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Euthanasia - Term Paper Example

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Euthanasia Euthanasia can be described as the bringing about the death of or it is the killing of an individual with the intention of bringing an end his or her suffering. There are two main types of euthanasia and these are passive euthanasia, which is practiced in the United States, and active euthanasia, which is considered illegal but it is still practiced by some physicians…
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Euthanasia Term Paper
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Euthanasia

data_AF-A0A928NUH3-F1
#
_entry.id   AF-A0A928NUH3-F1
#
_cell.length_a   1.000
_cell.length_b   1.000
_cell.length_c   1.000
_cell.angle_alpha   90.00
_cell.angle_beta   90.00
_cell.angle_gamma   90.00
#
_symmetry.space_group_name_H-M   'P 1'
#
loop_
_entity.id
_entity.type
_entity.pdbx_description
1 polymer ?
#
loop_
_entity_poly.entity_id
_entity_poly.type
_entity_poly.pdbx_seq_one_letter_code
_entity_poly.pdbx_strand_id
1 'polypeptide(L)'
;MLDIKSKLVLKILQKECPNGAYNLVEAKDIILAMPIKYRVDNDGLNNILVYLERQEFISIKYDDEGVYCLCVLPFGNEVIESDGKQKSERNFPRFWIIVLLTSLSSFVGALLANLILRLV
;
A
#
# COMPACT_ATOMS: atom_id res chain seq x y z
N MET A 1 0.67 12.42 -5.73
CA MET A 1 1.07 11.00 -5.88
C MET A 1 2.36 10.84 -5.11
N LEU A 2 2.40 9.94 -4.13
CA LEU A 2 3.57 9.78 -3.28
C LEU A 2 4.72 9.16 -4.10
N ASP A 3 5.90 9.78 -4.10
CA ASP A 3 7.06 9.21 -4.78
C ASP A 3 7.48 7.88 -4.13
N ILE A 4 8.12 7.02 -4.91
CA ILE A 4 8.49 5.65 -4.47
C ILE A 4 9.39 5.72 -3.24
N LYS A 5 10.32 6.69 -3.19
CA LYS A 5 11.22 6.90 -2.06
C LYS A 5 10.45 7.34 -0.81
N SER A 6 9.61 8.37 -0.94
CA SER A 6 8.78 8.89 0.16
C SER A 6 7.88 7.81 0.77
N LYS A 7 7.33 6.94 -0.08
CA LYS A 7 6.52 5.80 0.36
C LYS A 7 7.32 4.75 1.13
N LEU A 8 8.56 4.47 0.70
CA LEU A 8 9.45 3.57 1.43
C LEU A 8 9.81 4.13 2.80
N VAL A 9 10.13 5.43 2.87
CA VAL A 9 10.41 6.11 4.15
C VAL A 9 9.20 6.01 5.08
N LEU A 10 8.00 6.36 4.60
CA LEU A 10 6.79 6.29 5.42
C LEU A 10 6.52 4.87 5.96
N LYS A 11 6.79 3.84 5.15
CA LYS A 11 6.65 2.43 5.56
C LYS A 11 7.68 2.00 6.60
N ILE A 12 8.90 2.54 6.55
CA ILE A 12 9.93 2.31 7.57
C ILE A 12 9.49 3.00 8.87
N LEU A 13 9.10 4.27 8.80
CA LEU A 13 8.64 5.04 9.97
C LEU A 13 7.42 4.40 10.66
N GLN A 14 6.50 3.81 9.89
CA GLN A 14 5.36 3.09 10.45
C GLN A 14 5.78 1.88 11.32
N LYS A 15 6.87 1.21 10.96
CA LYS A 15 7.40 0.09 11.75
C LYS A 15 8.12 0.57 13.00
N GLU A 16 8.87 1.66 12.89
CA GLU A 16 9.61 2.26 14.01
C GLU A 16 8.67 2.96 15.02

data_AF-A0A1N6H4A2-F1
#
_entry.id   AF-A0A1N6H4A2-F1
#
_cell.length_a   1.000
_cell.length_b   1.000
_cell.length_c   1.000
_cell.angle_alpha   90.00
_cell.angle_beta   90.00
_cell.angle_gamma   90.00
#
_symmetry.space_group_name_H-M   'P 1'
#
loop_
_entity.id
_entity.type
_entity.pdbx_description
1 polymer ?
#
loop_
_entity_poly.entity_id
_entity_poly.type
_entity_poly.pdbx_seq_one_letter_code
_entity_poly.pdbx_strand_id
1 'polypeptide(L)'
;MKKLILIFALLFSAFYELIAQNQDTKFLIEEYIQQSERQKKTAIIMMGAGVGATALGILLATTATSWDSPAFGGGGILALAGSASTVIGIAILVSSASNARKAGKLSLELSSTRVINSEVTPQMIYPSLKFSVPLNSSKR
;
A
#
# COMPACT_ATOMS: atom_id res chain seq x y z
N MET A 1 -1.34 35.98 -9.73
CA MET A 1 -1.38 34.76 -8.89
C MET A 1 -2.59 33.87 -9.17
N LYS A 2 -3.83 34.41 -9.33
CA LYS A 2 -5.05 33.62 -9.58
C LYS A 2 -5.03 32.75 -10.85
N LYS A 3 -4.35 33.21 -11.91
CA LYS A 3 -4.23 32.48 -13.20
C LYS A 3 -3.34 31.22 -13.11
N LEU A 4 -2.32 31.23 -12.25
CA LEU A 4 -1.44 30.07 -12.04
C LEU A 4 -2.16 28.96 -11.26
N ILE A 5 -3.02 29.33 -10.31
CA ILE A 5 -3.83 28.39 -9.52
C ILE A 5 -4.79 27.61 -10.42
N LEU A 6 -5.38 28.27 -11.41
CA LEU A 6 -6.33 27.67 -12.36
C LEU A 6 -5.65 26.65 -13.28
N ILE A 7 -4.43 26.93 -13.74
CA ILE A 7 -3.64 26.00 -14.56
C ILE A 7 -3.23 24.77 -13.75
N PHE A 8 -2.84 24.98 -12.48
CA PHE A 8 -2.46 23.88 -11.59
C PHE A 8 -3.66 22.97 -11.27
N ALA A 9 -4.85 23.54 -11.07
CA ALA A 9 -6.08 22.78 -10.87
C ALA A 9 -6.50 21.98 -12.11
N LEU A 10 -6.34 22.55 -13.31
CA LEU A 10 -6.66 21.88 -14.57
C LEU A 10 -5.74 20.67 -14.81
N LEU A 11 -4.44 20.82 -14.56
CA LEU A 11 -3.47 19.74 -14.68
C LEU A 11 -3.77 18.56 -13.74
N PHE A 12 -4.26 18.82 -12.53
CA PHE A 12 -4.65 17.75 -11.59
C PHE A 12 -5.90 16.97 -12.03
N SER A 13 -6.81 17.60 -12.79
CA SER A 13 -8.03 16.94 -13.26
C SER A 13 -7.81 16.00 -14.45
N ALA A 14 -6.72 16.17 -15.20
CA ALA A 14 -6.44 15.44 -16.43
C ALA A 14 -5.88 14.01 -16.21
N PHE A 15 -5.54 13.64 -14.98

The American Medical Association holds that active euthanasia is impermissible due to its involving the intentional ending of human life by another human being and many contemporary philosophers have argued for and against this view discussing the moral permissibility of such an action and some of the most notable arguments come from James Rachels and Thomas Sullivan. Rachels states that a strong case can be made against the American Medical Association’s doctrine and his main point is that passive euthanasia is not always preferable to active euthanasia. He states that in some cases, there is simply no moral difference between active and passive euthanasia because they are morally equivalent at that time and that active euthanasia may actually be better than passive euthanasia. He says that once the decision has been made not to prolong the patient’s agony, active euthanasia would be preferable because the latter would lead to an unnecessary period of suffering. His most vivid example is the case of severe Down’s syndrome babies born with intestinal obstructions about whom he states that sometimes in such cases, the babies are allowed to die. Even though if this matter were considered deeply, we would find compelling moral grounds for preferring active euthanasia to passive euthanasia in the vastly greater degree of suffering involved in letting the baby die (Rachel pp.78-80). The doctrine that passive euthanasia is preferable to active euthanasia is challenged by Rachels who declares that it leads to decisions concerning life and death based on irrelevant grounds as to whether a person’s life should continue or not. He argues that ordinarily, an intestinal obstruction can be fixed and is not a life or death matter but in the case of a baby with Down’s syndrome who has an intestinal obstruction, the baby is allowed to die because of the Down’s syndrome and not the intestinal obstruction. The presence of the intestinal obstruction in the baby becomes irrelevant due to its having down’s syndrome and it is this argument which justifies allowing the prolonged suffering of the baby before it dies instead of fixing the intestinal obstruction which would relieve it of the pain. This justifies Rachels’ argument against the American Medical Association’s doctrine that this doctrine rests on a distinction between killing and letting die that itself has no moral importance because they both lead to the same end and the means of getting there is inconsequential (Rachel pp.78-80). Sullivan, on the other hand, states that Rachels’ interpretation of the American Medical Association’s doctrine is flawed and argues that Rachels’ interpretation that this doctrine draws a distinction between killing and letting die is misplaced and that in fact, it does not draw a distinction between intentionally killing and not intentionally killing. Despite his disagreement with Rachels on this matter, he agrees with Rachels that killing is not always worse than letting die. He states that it is true that if someone is trying to bring about the death of another, then it makes little difference from the moral point of view if his purpose is achieved by action or by malevolent emission. He further agrees with Rachels that passive euth ... Read More
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